Photo Illustration by Becky Harlan/NPR

You have to love a love story. The meeting, the flirting, the falling, the struggling, and ultimately, the happily ever after.

This story was made by NPR’s podcasts Life Kit and Pop Culture Happy Hour.

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Maybe you’re an experienced romance reader, but maybe you’re just getting your feet wet as this genre, like a lot of others, evolves. Either way, it’s always good to get some recommendations, some basic background, and a few things to look for when you choose love stories for yourself. I’m one of the hosts of Pop Culture Happy Hour, and we were delighted to team up with Life Kit for a beginner’s guide to romances.

Not every love story is a romance

Yes, it seems fairly clear what a romance novel is. And up to a point, it is. But not every love story is a romance for genre fans.

One definition from the Romance Writers of America says you need a central love story and what they call “an emotionally satisfying and optimistic ending.” In other words, if the whole relationship goes to pieces, that may be a great book. It may be a fantastic book. But it’s not a romance novel as writers and readers generally understand that term. A romance doesn’t have to end with perfect resolution, by any means. But there is meant to be an emotional payoff for the people in the relationship that rewards their perseverance.

Romance is a huge industry

The thing about romance is…it’s huge. Romance novels make big money, romance readers help publishing stay afloat, and romance was the home of early experimentation with e-readers and self-publishing.

And as the industry has continued to grow, it has begun to work on making space for a wider range of characters. Characters of color, characters who aren’t neurotypical, queer characters and characters with a variety of body types are just some of the romance protagonists you’re more likely to see in high-profile books now than even ten years ago.

Romance writing is changing

One thing to be aware of is that as romance evolves, it gets farther and farther from some of the clichés about it, from sex scenes that incorporate coercion or worse to heroes who are exclusively bare-chested gods. Romance is written, and is read, by all kinds of people with all kinds of preferences. Romance writers are experimenting with moments in time, kinds of relationships, levels of sexual explicitness and lots more, so you shouldn’t assume they’ll all have much of anything in common — except that central love story and that satisfying ending.

Okay, so cough up those recommendations!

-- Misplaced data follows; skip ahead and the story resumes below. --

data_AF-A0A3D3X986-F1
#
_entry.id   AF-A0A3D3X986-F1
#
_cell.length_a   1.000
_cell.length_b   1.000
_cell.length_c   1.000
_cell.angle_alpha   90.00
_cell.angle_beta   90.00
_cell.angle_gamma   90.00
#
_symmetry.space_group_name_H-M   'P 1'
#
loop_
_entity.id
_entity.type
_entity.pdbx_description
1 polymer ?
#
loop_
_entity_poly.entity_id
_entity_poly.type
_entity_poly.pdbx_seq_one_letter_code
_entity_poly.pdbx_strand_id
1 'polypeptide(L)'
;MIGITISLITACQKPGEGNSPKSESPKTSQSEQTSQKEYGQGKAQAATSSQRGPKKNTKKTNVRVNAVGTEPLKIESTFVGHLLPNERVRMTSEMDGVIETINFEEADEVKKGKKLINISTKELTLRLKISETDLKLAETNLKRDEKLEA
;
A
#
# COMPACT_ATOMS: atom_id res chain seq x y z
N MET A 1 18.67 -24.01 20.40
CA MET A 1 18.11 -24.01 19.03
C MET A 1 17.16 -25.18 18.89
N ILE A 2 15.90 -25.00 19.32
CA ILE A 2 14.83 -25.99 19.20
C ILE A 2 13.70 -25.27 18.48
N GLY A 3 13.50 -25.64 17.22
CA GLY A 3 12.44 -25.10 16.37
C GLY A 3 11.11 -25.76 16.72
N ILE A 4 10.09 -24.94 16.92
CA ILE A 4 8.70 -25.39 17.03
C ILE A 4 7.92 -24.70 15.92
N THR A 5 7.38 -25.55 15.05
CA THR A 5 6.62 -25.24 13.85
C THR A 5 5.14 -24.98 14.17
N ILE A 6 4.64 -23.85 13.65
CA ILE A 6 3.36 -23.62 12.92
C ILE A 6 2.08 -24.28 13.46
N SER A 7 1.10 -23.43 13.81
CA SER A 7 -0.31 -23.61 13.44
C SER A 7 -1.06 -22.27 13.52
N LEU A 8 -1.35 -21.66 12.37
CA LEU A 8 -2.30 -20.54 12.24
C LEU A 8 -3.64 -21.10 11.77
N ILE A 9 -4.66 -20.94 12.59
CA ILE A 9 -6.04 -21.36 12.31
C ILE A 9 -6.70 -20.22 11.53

I talked to three panelists with very different angles on the genre. Karen Grigsby Bates is Senior Correspondent for NPR’s Code Switch podcast, and didn’t even consider herself a romance reader until relatively recently. Christina Tucker is a frequent Pop Culture Happy Hour guest and one of the hosts of the Unfriendly Black Hotties podcast. We also had romance writer Adriana Herrera with us to speak from a creator’s point of view. Listen to the episode at the top of this page or here.

A composite image of the book covers for the following books: Written in The Stars, The Bareknuckle Bastards series, The Kiss Quotient and Red, White and Royal Blue.

Avon/Avon/Berkley/St. Martin’s Griffin

Christina’s pick: Written in The Stars by Alexandria Bellefleur.

This tale of a social media astrologer and an actuary belongs both to the booming category of queer romance and to the popular “fake relationship” romance category, in which a couple pretends to like each other until they wind up actually liking each other.

Adriana’s pick: The Bareknuckle Bastards series by Sarah MacLean.

It’s definitely worth exploring a series when you find an author you like; a lot of romance authors have them. This particular series of historical romances follows three brothers who each find love; other series follow groups of friends, small towns, or even sports teams.

Karen’s pick: The Kiss Quotient by Helen Hoang.

The Kiss Quotient made a big impression on readers a couple of years ago. It’s a sexy spin on the fake-relationship offshoot you might call “I just hired you!” — in this case, heroine Stella hires a man named Michael, who’s an escort, as a practice romantic partner. Both Hoang and her character Stella have been diagnosed with autism, and the book is both a charming love story and an interesting exploration of some assumptions about how emotions work in romance.

My bonus pick: I recommend Casey McQuiston’s Red, White and Royal Blue to so many people. A love story between an American president’s son and a British prince, it’s one of my favorite recent favorites. McQuiston also has a new book called One Last Stop, which adds a touch of science fiction, and that’s also well worth your time.

This episode was produced by Candice Lim and edited by Meghan Keane and Jessica Reedy.

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